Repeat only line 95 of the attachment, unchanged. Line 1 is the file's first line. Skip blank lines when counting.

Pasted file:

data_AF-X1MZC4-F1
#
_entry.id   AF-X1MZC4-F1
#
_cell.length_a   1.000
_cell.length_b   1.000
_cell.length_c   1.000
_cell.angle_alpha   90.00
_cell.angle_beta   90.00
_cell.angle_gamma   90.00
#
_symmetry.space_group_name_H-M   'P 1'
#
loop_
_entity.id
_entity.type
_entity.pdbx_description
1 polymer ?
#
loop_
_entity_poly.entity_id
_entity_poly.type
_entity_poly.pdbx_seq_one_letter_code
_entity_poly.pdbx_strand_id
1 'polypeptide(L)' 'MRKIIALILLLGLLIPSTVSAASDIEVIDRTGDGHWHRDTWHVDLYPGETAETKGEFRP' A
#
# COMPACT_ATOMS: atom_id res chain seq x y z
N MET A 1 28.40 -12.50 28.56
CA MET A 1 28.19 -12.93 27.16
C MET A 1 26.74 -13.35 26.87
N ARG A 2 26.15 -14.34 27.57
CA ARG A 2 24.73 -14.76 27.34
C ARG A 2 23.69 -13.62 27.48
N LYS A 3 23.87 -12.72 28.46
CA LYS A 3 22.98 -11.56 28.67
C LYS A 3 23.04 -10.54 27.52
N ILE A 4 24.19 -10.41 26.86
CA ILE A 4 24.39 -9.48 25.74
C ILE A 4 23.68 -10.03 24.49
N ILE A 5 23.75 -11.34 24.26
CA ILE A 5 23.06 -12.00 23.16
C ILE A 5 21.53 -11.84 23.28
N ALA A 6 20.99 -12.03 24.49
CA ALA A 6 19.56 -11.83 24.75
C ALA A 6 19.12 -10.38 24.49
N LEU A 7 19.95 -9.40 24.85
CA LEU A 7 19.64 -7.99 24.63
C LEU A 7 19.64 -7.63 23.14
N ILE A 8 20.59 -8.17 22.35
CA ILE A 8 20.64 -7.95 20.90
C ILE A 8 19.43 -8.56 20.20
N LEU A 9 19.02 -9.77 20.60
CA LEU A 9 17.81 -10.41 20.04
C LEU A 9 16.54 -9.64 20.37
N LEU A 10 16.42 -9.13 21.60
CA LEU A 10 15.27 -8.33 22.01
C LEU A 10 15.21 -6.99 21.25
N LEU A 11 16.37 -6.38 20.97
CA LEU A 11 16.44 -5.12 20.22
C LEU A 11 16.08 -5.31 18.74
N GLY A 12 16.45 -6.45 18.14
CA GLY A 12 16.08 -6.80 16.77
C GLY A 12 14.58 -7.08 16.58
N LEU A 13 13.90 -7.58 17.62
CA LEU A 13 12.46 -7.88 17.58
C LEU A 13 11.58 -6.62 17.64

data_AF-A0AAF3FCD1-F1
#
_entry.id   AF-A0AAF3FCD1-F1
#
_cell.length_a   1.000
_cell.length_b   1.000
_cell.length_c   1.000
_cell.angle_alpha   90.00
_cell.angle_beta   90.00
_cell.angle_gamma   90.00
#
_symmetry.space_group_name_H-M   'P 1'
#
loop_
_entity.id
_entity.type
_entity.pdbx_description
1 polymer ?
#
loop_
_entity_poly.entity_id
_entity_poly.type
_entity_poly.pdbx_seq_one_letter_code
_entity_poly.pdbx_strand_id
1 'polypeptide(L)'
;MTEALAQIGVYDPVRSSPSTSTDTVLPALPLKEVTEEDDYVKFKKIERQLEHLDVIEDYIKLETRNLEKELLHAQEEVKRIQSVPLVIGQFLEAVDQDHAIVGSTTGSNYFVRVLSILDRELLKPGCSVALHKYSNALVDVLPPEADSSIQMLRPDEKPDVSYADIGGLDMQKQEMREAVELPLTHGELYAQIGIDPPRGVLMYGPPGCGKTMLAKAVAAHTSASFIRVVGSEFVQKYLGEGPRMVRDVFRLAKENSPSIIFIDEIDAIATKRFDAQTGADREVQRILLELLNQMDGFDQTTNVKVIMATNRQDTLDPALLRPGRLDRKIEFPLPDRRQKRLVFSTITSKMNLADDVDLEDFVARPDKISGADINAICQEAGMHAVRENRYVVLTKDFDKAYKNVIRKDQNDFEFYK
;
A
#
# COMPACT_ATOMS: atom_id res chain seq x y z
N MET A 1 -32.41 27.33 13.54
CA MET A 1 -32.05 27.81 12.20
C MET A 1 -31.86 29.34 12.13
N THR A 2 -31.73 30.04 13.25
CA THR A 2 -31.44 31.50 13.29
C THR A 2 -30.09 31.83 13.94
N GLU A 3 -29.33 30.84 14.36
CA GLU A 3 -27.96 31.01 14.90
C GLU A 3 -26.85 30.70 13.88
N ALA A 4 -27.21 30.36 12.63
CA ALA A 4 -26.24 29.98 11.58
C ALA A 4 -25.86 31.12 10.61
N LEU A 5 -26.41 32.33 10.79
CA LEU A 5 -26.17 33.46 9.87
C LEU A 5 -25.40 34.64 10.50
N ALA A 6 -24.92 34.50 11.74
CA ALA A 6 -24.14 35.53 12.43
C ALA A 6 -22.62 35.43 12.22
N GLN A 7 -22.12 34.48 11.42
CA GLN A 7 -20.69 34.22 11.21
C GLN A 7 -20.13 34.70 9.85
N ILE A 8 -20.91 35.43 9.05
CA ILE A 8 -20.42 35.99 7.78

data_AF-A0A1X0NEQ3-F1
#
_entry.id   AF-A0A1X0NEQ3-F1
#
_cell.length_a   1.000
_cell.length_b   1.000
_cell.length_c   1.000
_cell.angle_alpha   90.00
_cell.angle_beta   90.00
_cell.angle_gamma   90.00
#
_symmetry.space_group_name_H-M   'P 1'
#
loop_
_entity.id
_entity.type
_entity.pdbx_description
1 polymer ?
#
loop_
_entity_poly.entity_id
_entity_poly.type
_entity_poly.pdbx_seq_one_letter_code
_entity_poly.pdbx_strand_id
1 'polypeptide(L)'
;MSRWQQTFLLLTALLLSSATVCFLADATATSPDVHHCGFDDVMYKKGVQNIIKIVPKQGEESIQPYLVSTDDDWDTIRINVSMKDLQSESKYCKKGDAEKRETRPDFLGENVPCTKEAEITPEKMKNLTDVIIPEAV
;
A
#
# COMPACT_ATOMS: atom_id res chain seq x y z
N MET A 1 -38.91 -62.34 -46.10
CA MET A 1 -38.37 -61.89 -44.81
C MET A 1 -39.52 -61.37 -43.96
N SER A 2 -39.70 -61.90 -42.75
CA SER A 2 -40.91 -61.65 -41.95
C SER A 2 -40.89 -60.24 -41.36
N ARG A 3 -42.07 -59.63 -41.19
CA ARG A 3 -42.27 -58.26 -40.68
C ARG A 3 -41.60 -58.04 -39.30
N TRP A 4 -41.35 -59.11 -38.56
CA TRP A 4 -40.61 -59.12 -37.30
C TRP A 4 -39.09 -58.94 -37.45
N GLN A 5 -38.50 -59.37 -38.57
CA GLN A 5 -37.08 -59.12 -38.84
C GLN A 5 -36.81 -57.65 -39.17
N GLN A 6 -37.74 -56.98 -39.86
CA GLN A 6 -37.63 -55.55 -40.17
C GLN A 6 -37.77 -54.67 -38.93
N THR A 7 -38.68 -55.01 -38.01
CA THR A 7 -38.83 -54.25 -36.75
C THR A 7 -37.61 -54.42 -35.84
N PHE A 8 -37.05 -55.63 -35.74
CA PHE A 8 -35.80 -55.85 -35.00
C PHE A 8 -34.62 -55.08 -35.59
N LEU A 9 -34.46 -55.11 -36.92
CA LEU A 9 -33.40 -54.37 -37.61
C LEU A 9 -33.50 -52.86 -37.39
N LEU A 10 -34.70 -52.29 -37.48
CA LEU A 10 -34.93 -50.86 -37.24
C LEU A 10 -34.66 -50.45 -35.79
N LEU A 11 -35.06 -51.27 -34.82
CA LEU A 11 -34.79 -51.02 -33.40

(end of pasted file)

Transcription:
#